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. 2013;785:37-41.
doi: 10.1007/978-1-4614-6217-0_4.

Regulation of Type 2 Immunity by Basophils


Regulation of Type 2 Immunity by Basophils

David Voehringer. Adv Exp Med Biol. .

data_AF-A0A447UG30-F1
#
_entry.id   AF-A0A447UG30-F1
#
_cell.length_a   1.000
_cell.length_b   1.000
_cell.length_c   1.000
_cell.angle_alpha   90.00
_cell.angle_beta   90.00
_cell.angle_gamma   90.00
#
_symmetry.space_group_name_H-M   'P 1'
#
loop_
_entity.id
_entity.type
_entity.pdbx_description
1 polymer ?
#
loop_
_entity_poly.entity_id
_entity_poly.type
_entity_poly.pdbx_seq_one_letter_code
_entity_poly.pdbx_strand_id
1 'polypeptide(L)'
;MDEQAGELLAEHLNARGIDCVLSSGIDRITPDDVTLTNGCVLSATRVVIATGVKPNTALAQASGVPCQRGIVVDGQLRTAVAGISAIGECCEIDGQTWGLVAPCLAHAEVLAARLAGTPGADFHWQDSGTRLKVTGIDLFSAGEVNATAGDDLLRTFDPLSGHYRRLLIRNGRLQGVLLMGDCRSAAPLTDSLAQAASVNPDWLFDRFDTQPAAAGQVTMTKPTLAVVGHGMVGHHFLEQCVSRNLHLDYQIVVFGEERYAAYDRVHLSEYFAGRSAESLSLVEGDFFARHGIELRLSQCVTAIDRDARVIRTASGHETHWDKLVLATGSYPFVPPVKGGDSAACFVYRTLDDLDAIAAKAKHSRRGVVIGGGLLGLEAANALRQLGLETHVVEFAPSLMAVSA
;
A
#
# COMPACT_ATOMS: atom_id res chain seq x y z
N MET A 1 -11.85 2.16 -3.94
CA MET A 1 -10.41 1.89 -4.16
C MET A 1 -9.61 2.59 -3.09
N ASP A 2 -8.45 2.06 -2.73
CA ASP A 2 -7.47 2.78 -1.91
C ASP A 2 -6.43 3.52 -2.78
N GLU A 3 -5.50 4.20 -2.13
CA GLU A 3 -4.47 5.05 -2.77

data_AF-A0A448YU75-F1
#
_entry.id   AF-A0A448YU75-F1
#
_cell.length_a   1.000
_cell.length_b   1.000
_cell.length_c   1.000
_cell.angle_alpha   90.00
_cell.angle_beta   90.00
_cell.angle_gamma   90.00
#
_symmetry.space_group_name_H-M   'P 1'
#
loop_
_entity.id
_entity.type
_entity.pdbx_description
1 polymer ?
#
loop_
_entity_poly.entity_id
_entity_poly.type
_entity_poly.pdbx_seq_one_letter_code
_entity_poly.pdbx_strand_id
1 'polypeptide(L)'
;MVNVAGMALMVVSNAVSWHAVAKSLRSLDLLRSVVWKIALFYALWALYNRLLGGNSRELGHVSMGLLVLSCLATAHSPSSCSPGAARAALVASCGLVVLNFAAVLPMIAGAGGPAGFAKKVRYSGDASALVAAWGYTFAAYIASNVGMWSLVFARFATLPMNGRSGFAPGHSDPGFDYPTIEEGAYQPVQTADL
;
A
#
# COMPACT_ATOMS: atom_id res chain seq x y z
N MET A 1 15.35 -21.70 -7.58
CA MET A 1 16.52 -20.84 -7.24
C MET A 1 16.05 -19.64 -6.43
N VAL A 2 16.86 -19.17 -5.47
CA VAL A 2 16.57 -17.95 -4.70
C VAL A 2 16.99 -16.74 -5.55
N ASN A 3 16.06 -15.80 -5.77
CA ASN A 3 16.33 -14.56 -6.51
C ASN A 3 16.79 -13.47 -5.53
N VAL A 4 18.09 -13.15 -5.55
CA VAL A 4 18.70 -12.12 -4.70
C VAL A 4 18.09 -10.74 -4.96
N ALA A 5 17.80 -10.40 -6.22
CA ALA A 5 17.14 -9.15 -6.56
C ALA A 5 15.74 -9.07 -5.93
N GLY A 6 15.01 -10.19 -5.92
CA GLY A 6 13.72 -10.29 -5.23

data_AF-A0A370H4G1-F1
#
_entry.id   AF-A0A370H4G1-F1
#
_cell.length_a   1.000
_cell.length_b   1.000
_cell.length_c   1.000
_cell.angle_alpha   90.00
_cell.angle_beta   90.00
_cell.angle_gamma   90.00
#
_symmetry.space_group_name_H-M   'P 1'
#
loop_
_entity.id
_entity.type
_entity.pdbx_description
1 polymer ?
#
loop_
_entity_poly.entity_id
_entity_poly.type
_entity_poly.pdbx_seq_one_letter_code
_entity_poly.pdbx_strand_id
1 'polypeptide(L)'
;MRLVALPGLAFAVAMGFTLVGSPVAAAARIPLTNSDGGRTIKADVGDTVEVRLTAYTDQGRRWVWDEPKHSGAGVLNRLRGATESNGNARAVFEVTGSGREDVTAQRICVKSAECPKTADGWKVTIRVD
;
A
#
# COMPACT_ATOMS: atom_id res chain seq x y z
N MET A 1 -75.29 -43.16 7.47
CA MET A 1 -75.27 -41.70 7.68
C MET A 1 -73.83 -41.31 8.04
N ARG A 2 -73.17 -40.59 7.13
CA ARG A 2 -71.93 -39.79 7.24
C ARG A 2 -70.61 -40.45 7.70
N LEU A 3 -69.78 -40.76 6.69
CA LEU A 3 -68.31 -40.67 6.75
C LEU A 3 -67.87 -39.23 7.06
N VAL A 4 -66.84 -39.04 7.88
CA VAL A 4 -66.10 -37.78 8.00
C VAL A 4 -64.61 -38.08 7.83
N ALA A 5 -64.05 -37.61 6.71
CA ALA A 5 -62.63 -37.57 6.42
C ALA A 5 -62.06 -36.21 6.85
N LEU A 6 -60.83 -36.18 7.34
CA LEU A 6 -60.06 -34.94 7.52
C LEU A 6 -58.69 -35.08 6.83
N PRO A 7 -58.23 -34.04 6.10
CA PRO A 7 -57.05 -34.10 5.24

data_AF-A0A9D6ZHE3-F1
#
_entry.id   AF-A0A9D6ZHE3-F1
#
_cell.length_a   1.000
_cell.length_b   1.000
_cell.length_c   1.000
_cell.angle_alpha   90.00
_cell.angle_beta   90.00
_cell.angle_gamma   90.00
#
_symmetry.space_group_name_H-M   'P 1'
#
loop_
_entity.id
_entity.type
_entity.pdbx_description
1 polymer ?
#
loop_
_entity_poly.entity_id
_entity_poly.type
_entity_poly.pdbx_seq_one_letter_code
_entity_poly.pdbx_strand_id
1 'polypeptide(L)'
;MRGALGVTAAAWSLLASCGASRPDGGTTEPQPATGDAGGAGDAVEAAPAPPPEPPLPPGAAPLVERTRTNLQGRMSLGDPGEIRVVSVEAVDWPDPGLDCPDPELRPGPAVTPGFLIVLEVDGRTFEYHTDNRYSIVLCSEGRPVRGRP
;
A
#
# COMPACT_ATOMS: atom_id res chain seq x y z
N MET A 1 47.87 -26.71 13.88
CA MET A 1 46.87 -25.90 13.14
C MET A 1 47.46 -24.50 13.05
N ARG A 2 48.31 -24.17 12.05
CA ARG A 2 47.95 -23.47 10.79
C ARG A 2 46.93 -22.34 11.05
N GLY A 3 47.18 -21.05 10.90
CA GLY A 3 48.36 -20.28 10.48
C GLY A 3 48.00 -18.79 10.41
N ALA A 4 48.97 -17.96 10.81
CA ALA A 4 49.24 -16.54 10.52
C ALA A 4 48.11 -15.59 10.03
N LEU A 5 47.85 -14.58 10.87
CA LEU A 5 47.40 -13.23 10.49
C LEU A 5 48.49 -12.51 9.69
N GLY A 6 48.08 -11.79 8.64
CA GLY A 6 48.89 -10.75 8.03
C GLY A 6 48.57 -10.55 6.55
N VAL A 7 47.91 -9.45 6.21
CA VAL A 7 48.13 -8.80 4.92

The immune response against helminths and allergens is generally characterized by high levels of IgE and increased numbers of Th2 cells, eosinophils, and basophils. Basophils represent a relatively rare population of effector cells and their in vivo functions are incompletely understood. Recent studies with basophil-depleting antibodies revealed that these cells might play an important role during the early and late stages of type 2 immune responses. To further characterize the relevance of basophils for protective immunity and orchestration of allergic inflammation, we generated constitutively basophil-deficient mice. We observed a normal Th2 response induced by helminth infections or immunization with alum/OVA or papain/OVA. However, basophils contributed to worm expulsion during secondary helminth infection and mediated an IgE-dependent inflammatory response of the skin. These results argue against a critical role of basophils as antigen-presenting cells for induction of Th2 polarization and highlight their effector cell potential during later stages of a type 2 immune response.

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